In many cases, I will include at given points definite arguments (in varying degree of detail) to back up my observations and criticisms of Ehrman, though in other cases those will be left until later points in the book when the same topic comes up in more specific fashion. In some cases, I will regard certain pertinent counter-arguments as fairly well-known to the reader already and needing perhaps only an allusion to. But to include all possible argumentation in favor of mythicism and against Ehrman’s positions would be to rewrite my previous books.

*

.

Introduction

.

The major perplexity: How did a humble non-divine preacher become God?

Ehrman begins his book with this traditional question that has exercised modern New Testament scholarship from its beginnings:

For the past several years I have been planning to write a book about how Jesus became God. How is it that a scarcely known, itinerant preacher from the rural backwaters of a remote part of the empire, a Jewish prophet who predicted that the end of the world as we know it was soon to come, who angered the powerful religious and civic leaders of Judea and as a result was crucified for sedition against the state—how is it that within a century of his death, people were calling this little-known Jewish peasant God? Saying in fact that he was a divine being who existed before the world began, that he had created the universe, and that he was equal with God Almighty himself? How did Jesus come to be deified, worshipped as the Lord and Creator of all? (p. 1, DJE?)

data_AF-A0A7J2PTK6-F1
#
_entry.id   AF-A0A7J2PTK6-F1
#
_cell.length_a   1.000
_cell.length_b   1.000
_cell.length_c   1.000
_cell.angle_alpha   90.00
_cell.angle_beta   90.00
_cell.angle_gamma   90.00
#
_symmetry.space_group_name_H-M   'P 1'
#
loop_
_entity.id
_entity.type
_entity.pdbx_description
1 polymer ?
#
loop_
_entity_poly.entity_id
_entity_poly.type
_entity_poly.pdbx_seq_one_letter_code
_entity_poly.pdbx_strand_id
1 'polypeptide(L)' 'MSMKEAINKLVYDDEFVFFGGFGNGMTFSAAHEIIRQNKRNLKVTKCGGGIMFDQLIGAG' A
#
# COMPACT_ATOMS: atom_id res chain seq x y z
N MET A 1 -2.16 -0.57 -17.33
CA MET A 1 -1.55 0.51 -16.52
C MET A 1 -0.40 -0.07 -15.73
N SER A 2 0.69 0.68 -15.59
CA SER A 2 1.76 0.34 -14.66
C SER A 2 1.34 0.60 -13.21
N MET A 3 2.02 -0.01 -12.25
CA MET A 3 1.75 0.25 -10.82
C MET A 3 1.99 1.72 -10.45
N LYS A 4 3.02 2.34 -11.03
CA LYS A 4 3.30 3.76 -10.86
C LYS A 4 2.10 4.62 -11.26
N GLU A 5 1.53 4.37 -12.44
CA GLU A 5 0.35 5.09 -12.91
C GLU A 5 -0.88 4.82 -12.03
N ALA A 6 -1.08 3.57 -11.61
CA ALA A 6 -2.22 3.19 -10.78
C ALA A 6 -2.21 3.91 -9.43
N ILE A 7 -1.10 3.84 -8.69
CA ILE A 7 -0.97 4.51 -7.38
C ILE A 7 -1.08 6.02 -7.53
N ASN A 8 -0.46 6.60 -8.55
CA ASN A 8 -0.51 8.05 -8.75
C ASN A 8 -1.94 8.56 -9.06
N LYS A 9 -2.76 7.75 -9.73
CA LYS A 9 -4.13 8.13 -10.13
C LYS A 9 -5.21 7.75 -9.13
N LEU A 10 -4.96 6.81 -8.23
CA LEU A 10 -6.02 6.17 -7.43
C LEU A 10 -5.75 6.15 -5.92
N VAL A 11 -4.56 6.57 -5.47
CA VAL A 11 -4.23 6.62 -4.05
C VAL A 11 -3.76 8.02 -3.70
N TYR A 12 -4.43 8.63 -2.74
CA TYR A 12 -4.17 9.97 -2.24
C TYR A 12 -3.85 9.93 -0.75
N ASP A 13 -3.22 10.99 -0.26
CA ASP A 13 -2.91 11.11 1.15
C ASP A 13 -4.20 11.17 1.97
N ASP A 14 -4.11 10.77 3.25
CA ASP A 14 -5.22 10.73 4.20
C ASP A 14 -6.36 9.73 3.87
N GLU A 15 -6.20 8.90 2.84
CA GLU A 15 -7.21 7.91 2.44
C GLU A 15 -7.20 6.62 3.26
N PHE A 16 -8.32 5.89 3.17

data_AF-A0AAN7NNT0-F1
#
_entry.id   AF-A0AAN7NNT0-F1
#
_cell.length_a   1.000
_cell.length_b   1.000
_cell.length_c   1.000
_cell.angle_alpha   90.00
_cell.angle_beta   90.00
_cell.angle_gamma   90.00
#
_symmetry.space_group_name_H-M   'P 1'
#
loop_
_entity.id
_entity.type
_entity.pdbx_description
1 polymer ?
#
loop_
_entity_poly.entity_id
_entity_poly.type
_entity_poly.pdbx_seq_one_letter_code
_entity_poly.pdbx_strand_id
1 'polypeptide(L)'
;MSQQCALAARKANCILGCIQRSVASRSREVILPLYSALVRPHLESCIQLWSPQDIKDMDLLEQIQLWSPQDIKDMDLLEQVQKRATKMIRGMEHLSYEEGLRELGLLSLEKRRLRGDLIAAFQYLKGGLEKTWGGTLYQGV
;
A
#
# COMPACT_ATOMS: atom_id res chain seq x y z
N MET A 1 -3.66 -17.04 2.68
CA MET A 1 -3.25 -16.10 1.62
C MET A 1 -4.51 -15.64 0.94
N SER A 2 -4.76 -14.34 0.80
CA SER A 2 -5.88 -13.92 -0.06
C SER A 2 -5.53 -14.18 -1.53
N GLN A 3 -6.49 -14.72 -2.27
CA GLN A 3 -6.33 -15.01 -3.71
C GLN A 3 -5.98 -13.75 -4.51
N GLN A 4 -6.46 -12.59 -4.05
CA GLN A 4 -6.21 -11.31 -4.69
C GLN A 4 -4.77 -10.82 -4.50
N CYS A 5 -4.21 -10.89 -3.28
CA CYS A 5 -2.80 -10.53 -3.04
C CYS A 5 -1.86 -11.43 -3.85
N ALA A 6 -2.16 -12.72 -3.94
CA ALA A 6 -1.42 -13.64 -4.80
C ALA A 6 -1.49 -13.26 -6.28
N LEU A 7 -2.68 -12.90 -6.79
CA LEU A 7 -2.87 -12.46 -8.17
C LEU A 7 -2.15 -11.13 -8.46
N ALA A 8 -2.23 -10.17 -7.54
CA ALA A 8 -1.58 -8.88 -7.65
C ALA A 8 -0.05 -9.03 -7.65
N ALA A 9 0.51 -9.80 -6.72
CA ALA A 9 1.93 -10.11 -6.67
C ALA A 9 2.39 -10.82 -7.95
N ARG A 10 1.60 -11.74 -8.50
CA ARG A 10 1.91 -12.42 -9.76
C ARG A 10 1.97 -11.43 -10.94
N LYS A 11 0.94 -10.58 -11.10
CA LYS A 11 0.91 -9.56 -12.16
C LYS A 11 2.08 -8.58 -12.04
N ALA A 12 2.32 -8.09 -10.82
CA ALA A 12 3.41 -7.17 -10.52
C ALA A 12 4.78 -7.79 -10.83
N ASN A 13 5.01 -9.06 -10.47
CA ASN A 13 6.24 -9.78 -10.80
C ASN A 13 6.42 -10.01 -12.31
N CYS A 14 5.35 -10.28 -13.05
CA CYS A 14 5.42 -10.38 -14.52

Stated this way, Ehrman has revealed that historicism is not a slam-dunk. It involves at its heart a major perplexity that is not easily resolved, a fact which calls into question the wisdom of such cavalier and haughty dismissal as that which the mainstream bestows upon mythicism. One of the major failings of historicism has been its inability to provide a coherent answer to the above question. Unapologetic apologists fall back on the claim that this is only explainable by an actual event: the historical resurrection of the crucified Jesus from his tomb. Ehrman and many of today’s critical scholars do not allow themselves such an explanation. But there are problems with Ehrman’s question and the answers which scholars like himself think to provide for it.

One is that it was far sooner than “within a century of his death” that an alleged Jewish peasant was called God. In fact, it was virtually immediately. In the epistles widely considered authentic to Paul, as well as in liturgical passages (“Christological hymns”) identified within them as pre-Pauline, Jesus is clearly identified as a part/emanation of God, as possessing divine roles and attributes, as deserving of titles such as “Lord” previously reserved for God alone. The same situation is found in epistles written not too long after Paul’s passing, as well as in the Epistle to the Hebrews, which undoubtedly precedes the Jewish War of 66-70 and might even be earlier (except for an added ending) than Paul himself.

Ehrman downplays and misdirects the problem

Ehrman has also softened the problem by not specifically referring to the “people” who came to call Jesus God as “Jews.” This would have pointed up the problem even more sharply, postulating that Jews who traditionally had a horror of identifying anything human with God or even portraying him in any human way, were nevertheless converted in significant numbers to such an identification of Jesus of Nazareth. The early record in the epistles makes it quite clear that such a blasphemy would have been embraced by Jews, not just by gentiles—if in fact the object of their identification and worship was a man who had lived on earth.

Happily, Ehrman does not subscribe to a common ploy in some critical scholarship which maintains that the earliest followers of Jesus did not consider him divine, and would have used the title “son of God” only in the biblical sense of one who had a special relationship with God and was highly regarded and rewarded by him, somewhat as Moses’ relationship with God would have been seen. This reduced status for Jesus is not supported by the epistles, except by doing great violence to the texts and their interpretation.